Washington Monument to Reopen and Live Entertainment Returns in D.C.
The Washington Monument, closed for six months due to the coronavirus pandemic, will reopen to the public Thursday, Oct. 1.
The National Park Service announced Monday that the monument will be open from 9 a.m. to 5 p.m., seven days a week, though it will close everyday between 1 and 2 p.m. for disinfecting.
For the foreseeable future, tickets will only be available online, and in another departure from the past, visitors will now be charged a $1.50 non-refundable reservation fee.
Visitors must wear masks and will be limited to eight or fewer per elevator ride. Once at the observation platform, each group will be allowed 10 minutes.
The monument has been closed to the public a number of times in the past 10 years. In fact, it had been open only a few months when the pandemic caused its shut down.
Prior to September 2019, the monument had been closed for three years to replace the elevator and build new security facilities at the entrance.
An earthquake in 2011 resulted in two years of repairs, but even after the monument reopened, problems resulted in a number of shutdowns and occasional evacuations.
The Washington monument isn’t the only local venue reopening after months of pandemic closures.
The District of Columbia on Friday announced a pilot program that will allow six city venues to begin hosting live entertainment.
The six venues include the Kennedy Center, City Winery, GALA Hispanic Theatre, Pearl Street Warehouse, The Hamilton and Union Stage.
The participating venues will be allowed to host live shows with a maximum of 50 people, which includes performers and staff along with attendees.
Reserved seating and advanced ticketing are required, and group size is capped at six. Physical distancing must be followed at all venues, attendees must remain seated during shows and performances must not extend beyond three hours. Face coverings are required.
The venues are also required to maintain a record of all attendees who were inside during events. Anyone showing COVID-19 symptoms will not be allowed to attend. Food can be served, provided the venues follow guidelines associated with D.C.’s phase two guidelines.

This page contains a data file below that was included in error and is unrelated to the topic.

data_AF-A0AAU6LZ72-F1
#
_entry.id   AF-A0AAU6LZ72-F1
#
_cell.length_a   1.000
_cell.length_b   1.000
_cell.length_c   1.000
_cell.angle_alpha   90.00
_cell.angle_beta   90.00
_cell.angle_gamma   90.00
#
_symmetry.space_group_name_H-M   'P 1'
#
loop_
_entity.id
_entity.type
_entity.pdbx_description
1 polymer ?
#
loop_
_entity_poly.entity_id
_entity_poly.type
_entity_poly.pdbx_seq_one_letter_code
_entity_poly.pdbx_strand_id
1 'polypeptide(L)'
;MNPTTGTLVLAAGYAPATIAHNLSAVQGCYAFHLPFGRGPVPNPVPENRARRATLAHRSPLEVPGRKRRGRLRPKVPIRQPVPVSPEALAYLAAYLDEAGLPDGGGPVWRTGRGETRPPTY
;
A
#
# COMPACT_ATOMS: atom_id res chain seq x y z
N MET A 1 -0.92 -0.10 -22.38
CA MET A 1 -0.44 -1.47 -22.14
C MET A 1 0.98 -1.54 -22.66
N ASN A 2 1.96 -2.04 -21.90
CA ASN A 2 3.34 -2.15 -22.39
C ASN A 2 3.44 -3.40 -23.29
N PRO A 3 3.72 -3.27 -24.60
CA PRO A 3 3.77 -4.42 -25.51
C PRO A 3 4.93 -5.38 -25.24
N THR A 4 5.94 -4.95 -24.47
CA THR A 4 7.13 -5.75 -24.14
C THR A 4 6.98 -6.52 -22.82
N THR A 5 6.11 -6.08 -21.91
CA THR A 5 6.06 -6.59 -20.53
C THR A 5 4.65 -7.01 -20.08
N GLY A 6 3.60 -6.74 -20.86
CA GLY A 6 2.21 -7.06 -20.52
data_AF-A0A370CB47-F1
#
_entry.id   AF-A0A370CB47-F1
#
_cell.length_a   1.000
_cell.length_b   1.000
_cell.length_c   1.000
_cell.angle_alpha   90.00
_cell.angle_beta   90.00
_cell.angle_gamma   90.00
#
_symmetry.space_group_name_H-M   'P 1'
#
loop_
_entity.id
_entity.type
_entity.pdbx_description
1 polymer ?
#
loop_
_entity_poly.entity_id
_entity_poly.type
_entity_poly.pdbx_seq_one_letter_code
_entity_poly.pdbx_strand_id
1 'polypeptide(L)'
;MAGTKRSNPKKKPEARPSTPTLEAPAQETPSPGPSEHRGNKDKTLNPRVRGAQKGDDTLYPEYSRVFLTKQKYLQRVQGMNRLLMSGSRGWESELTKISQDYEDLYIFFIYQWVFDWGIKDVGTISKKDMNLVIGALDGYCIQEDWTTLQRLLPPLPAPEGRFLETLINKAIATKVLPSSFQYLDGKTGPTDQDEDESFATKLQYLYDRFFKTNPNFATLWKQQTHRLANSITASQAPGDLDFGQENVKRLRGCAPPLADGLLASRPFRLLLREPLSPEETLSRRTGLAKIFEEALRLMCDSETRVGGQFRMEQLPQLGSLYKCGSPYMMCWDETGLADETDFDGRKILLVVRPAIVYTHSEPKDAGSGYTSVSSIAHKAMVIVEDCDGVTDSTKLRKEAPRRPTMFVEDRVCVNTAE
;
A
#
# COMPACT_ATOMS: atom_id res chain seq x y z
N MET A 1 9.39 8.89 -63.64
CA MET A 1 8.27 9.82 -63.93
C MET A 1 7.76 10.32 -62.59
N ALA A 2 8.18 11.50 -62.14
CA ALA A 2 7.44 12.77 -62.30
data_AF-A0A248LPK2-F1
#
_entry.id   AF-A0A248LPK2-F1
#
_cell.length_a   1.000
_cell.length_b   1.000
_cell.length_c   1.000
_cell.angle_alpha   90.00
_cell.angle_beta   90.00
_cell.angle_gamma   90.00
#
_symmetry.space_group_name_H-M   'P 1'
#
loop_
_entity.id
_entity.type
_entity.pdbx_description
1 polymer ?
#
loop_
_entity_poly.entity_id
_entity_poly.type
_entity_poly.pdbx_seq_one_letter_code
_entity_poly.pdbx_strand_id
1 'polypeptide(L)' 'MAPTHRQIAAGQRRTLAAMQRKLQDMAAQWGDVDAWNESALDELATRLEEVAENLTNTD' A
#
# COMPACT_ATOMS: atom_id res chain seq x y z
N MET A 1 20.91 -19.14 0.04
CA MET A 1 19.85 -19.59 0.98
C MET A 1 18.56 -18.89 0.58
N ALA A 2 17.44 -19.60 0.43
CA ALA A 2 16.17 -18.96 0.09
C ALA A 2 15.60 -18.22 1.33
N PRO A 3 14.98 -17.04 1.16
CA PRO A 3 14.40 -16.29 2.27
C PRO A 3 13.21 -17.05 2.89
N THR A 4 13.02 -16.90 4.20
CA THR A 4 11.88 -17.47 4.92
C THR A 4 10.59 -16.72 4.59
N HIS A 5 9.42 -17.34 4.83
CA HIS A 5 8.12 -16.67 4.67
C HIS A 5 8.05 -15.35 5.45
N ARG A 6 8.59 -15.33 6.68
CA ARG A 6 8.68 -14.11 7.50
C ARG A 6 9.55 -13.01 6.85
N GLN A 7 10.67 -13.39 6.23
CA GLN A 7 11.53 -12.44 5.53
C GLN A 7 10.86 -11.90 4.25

In The News
WASHINGTON - The National Cherry Blossom Festival may still be five months away, but organizers on Wednesday announced the festival parade, long a beloved part of the annual event, has been cancelled for 2021. The reason: The ongoing coronavirus pandemic. “The health and safety of our... Read More
WASHINGTON - Fans of Led Zeppelin are feeling a "Whole Lotta Love" for the U.S. Supreme Court this week after the justices declined to take up the long-running copyright battle over the band's "Stairway to Heaven." The justices did not explain their rationale for refusing to... Read More
The Washington Monument, closed for six months due to the coronavirus pandemic, will reopen to the public Thursday, Oct. 1. The National Park Service announced Monday that the monument will be open from 9 a.m. to 5 p.m., seven days a week, though it will close... Read More
WASHINGTON — In the final days of her 2018 campaign, Lauren Underwood was sitting in a car, looking on her phone at a 1957 picture of a white woman angrily screaming at a young Black woman as she went to class at Little Rock Central High... Read More
Sen. Richard Blumenthal, D-Conn., and leaders in Connecticut’s entertainment industry called on Congress to pass the Save Our Stages Act, otherwise known as the SOS Act, which would provide Small Business Administration grants for independent live music and event operators impacted by the COVID-19 pandemic. Grants... Read More
NEW YORK (AP) — Angel Dougherty went to the mall last month — not to shop, but to watch a drive-in drag show in the parking lot. “This year has been so anxiety filled and chaotic, I figured this experience would be something to lighten the... Read More